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Opioids and Cigarettes

Casey Kopilchak

Posted on March 14, 2018 12:14

2 users

The similarities between the pharmaceutical companies and cigarette companies are astonishing. America should be holding some of these companies responsible for promoting an addictive medicine.

I think many of us remember when cigarette companies were slammed with lawsuits over the way they hid the addictiveness of their products. Now, we see this same behavior with the pharmaceutical companies producing opioids. One of the major players in this outbreak is Purdue Pharma, who began an aggressive marketing campaign after they introduced Oxycontin in 1996. This led to misleading doctors of how dangerously addictive these types of drugs are. Fast-forward to 2012, when drugmakers gave millions of dollars to pain-treatment advocacy groups, effectively putting opioids into the hands of those who are most vulnerable to addiction. These arrangements of giving money to promote dangerous products had an obvious goal in mind: to expand the market of opioids to more and more people.

Now we are in 2018, and while Purdue Pharma has introduced new steps to radically change its marketing of opioids, the damage has been done. Many states have introduced Naloxone to help their medics and police officers in the fight against overdose. Unfortunately, that does little to deter these people from going right back to drugs after their treatment. This country needs to look at addiction for what it is: a disease. I lost my mother to a morphine overdose 14 years ago, so I know directly how the drug world works.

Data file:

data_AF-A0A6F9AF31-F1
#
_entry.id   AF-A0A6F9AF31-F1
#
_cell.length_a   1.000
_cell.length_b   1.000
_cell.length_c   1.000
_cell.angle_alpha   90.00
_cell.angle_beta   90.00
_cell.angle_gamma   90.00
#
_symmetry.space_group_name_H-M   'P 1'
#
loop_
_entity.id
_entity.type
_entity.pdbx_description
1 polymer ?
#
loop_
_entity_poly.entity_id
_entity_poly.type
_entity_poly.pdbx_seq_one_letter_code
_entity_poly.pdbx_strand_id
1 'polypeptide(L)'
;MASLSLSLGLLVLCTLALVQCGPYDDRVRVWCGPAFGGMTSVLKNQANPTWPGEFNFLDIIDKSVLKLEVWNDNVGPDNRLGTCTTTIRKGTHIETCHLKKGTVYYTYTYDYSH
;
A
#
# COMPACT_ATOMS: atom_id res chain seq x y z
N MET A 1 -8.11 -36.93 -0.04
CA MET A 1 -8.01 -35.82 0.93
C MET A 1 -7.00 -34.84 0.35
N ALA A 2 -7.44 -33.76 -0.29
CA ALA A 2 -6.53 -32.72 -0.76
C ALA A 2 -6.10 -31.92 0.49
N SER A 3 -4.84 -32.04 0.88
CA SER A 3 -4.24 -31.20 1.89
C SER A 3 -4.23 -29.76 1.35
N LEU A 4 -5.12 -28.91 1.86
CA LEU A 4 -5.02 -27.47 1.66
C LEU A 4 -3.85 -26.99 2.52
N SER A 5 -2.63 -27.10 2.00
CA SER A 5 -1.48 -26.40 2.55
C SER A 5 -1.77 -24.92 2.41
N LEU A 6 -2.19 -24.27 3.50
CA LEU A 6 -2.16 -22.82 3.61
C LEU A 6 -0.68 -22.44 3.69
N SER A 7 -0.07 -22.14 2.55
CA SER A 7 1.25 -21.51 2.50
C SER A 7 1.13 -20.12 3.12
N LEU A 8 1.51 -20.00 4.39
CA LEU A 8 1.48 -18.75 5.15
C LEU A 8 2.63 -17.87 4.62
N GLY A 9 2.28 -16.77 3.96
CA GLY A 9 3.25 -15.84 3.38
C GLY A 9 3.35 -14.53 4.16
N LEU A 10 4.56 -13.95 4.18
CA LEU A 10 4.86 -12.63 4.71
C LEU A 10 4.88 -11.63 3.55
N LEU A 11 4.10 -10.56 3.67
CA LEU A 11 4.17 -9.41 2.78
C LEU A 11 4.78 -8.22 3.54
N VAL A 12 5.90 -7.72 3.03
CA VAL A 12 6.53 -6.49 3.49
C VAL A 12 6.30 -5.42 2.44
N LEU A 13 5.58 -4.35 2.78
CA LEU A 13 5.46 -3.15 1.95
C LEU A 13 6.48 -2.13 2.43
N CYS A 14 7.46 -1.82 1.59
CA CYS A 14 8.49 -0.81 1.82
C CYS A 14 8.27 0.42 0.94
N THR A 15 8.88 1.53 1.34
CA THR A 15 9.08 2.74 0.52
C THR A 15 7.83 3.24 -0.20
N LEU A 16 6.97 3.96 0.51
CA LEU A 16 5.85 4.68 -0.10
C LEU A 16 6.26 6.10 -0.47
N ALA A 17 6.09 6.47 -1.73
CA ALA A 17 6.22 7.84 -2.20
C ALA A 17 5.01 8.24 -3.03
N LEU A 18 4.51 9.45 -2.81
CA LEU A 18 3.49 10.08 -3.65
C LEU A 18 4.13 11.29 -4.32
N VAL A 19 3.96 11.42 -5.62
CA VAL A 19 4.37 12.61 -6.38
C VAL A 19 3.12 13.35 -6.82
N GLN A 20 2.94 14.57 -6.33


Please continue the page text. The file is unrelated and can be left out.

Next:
The companies who promoted these drugs as safe should be footing the bill for treatment. Taking opioids off the market isn't enough at this stage of the epidemic. When addicts run out of their prescriptions or get cut off from them, they will seek out other drugs, like heroin.

There is medication, such as Suboxone, that works great for getting addicts off of opioids or opiates. The only problem is the price, which runs anywhere between $300-$500 for a one month supply. If you are one of the many people who can't afford insurance and does not qualify for state or federal insurance programs, you will be footing the bill.

To attack this epidemic, addicts need resources. The stigma that comes along with addiction also needs to be changed if we want people to actually seek help. I know from personal experience how deep and dark the hole of addiction is. It is something that stays with the person their whole life. If we really want to attack this epidemic, we need to hold those responsible who created it. I don't see much of a difference between the pharmaceutical companies and the drug lords of the world. They both push their product to make as much money as possible. 

Casey Kopilchak

Posted on March 14, 2018 12:14

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Source: Live Science

Despite a massive opioid-addiction epidemic, few people try to grow opium in the United States.

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